The Delicate Art of Photographing Night Critters

Posted by Mishqah Schippers on 26 May 2021

The art of photography is sometimes referred to as ‘painting with light’. Imagine then, painting in the dark. Hannes Lochner took up this challenge when he decided to photograph nocturnal wildlife. For the first time in print, he presents his remarkable new project.

Words & Photography: Hannes Lochner

A composite image of spotted genets gives a sense of their frenetic nocturnal activity at their den of the base of a tree.

Personally, 2020 will be remembered for many reasons. My wife Noa and I, usually out in the field working on photographic and filming projects, were confined to our home – a huge adaptation for us – while it was also a very stressful period financially. Not just doom and gloom, it was an opportunity to rethink our professional programme and do all the things that we have neglected during the past few years.

Of course, animal life continued as usual and we were finally able to get out into the field when restrictions were lifted, in a small private game Reserve near Blyde River. We had plenty of work to do testing new gear from sponsors and rechecking all our other equipment to ensure all batteries and lenses were in tip-top shape.

Triggering a sensor with its movement, a spotted genet is caught in the glow of an indirect camera flash – just enough illumination without scaring the creature.

Ready for action, we could once again spend time with the animals we adore. It was wonderful to start the game drive vehicle for the first time in months. Everything was just so much better. Sightings! Smells! Sounds!

Game was everywhere, and I must admit, even the animals looked more relaxed after a break from us humans.

Cape porcupines are the largest rodents in Africa, growing up to a metre long and weighing as much as 20kg.

For the next few weeks I wanted to focus on subjects that have been eluding me during the last decade. The civet was my main prize, followed by a genet and a porcupine. Whatever else I could find at night would be a bonus. I discovered a little ravine with a lot of tracks leading towards a waterhole, so we realised that many animals frequented the area.

I usually set up a camera with different light sources as well as a sensor, and camouflage it, which is the best approach to capture very skittish subjects. Thus, when animals move past the sensor, it sends a signal to the camera, which in turn sends more signals to the different light sources followed by taking the photograph.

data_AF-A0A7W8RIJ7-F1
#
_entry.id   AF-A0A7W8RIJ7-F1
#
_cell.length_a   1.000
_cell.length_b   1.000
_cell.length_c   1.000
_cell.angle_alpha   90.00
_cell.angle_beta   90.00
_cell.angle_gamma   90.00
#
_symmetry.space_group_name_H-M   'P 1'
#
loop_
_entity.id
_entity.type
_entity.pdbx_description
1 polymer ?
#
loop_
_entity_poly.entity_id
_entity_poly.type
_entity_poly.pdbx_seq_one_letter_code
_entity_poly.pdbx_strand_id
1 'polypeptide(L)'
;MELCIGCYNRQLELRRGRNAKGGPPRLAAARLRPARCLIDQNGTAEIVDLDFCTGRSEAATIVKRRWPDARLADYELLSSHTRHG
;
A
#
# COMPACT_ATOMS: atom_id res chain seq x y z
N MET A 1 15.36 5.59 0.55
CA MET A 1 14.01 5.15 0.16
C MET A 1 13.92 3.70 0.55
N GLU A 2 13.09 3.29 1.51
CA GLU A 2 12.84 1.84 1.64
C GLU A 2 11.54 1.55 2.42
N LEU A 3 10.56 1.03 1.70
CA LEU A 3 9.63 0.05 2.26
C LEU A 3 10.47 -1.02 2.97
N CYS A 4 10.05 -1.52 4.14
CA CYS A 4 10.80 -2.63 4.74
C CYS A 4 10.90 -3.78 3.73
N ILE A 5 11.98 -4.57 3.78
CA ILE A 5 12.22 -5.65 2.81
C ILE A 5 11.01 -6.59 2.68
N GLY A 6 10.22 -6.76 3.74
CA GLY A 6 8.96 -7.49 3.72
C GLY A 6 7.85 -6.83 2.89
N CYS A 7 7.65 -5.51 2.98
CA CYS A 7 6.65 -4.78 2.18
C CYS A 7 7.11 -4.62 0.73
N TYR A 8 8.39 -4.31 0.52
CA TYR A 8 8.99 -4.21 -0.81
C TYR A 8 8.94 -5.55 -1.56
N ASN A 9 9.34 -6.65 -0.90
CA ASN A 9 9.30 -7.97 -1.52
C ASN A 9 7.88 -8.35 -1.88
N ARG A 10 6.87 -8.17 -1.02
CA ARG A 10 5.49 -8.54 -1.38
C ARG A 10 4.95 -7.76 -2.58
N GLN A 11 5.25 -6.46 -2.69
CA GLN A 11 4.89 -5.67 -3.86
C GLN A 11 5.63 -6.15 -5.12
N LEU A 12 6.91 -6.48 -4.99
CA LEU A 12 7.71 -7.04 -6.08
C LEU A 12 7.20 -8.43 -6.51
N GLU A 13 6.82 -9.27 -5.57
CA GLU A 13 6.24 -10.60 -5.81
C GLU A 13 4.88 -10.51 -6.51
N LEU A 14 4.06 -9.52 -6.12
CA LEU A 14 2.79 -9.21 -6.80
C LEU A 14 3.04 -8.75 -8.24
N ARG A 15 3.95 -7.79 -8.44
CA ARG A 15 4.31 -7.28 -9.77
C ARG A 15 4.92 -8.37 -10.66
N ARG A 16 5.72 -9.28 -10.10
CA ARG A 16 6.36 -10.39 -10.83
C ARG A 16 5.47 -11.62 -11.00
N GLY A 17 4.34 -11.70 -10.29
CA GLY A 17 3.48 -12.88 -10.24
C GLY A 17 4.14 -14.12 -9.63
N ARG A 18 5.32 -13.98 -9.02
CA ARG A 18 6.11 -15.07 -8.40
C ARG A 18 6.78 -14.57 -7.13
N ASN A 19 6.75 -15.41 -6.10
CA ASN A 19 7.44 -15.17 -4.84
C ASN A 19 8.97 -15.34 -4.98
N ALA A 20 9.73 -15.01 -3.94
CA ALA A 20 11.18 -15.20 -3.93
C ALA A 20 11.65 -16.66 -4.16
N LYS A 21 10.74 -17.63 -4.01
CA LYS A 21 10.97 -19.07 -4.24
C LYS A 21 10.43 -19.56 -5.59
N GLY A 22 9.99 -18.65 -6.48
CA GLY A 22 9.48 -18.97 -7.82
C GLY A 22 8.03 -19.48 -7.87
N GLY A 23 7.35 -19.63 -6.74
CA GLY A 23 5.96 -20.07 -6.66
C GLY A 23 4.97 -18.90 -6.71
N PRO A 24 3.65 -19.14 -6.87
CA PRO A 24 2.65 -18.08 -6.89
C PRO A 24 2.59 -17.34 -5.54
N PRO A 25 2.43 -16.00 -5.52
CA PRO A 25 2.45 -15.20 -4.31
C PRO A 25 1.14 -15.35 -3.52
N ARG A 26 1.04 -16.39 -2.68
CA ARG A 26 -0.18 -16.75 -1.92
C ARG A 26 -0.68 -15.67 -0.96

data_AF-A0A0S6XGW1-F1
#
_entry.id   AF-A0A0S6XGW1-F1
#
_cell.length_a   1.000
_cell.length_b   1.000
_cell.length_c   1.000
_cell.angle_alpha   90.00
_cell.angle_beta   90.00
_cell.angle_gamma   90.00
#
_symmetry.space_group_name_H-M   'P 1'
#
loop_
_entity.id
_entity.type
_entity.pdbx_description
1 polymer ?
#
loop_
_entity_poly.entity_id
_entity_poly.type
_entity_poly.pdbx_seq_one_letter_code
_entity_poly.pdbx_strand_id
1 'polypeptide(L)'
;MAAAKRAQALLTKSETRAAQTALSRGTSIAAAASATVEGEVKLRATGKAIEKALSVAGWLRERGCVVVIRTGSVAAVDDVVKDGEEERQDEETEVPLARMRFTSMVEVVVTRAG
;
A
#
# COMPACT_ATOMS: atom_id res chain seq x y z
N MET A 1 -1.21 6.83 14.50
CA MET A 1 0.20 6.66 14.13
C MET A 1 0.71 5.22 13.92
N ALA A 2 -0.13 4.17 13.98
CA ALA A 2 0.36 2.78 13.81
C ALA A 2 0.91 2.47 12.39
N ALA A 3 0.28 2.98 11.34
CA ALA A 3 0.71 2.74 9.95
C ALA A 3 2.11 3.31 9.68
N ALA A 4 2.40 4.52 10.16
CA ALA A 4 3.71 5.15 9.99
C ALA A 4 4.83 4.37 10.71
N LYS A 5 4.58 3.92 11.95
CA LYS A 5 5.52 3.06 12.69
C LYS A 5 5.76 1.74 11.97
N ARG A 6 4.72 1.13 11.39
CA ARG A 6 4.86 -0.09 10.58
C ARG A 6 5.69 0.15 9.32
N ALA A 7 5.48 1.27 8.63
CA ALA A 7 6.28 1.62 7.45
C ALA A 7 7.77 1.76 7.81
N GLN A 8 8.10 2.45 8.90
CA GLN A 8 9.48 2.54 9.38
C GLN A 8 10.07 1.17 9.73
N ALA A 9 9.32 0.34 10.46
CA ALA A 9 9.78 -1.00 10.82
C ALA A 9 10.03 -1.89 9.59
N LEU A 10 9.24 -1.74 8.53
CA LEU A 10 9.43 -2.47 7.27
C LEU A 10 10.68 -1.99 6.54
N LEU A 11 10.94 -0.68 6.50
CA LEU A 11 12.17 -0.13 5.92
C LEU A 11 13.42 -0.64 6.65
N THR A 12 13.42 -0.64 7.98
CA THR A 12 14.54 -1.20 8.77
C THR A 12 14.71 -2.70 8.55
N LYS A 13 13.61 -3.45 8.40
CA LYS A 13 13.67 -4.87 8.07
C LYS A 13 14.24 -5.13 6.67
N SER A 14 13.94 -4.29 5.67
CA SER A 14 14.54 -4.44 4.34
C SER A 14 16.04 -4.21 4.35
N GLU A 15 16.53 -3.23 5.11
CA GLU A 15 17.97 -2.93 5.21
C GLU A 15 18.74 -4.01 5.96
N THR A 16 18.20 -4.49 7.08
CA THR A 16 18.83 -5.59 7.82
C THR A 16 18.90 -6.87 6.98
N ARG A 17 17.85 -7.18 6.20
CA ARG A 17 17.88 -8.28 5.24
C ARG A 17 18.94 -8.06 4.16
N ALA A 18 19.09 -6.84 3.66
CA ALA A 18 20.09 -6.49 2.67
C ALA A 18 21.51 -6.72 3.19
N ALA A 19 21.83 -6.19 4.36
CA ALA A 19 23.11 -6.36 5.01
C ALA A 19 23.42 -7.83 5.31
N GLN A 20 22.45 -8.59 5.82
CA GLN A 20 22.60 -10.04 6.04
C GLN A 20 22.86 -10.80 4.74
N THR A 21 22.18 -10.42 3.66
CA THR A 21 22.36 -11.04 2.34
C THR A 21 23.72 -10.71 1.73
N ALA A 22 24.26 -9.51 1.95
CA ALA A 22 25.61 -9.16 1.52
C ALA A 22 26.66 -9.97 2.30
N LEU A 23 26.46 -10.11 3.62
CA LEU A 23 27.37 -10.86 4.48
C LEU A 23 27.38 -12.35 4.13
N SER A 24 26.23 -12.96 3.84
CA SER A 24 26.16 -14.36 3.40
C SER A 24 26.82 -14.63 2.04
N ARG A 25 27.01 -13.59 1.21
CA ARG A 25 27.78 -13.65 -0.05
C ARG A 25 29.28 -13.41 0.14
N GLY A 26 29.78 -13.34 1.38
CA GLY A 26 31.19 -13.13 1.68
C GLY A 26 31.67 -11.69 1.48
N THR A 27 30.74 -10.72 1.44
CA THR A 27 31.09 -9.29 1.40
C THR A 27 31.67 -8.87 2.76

The African civet is seldom active in daylight and is solitary most of the year except for mating season.

Setting up this system might sound quick and easy but this is where things can get extremely complicated. With every subject, your light source may be at a different angle, or strength, while the projected path the animal may follow has to correlate with your focus distance. All these elements are co-ordinated by cables and triggers. If one element does not function properly, the final images will be a failure. Setting up your camera and lighting spots is aided by a thorough understanding of animal behaviour ensured that everything was set up properly. The next day I was overjoyed to have photographed a family of three, happily playing in front of the den and at the base of the tree.

I’m normally not fond of composites or double exposures but I thought it might be interesting to capture an image of the family in different spots on and around the tree. I then prepared a composite of a few images balancing the composition quite well. I also went on to try putting different species within the same frame.

A multiple exposure gives a sense of the wildlife activity in one single location.

Happy with my final product, I moved on to the third item on my wish-list: the porcupine. Although I have collected a few images of these spiky critters over the years, I was never really happy with the final products. I needed to get closer, and wider. After another few weeks, I finally succeeded with an image of a porcupine and her porcupette.

I was happy with the results and delighted that could finally tick off the list of creatures which had eluded me for so long. I was also happy with the new gear and the ultimate bonus: a bushpig, nicely framed by flowers in a leafy ravine. Mission accomplished!

A bonus on a nocturnal quest like this is capturing images of bush pigs which, unlike their ubiquitous warthog cousins, are hardly ever active during the day. Both species have the same fighting tools: blunt tusks on the top jaw and smaller razor-sharp tusks on the lower jaw. The tusks of a bush pig are shorter and less visible than those on warthog.

Hannes used @sonyalphasa, @cartoni.camerasupports and @lacie_tech systems to capture this series.

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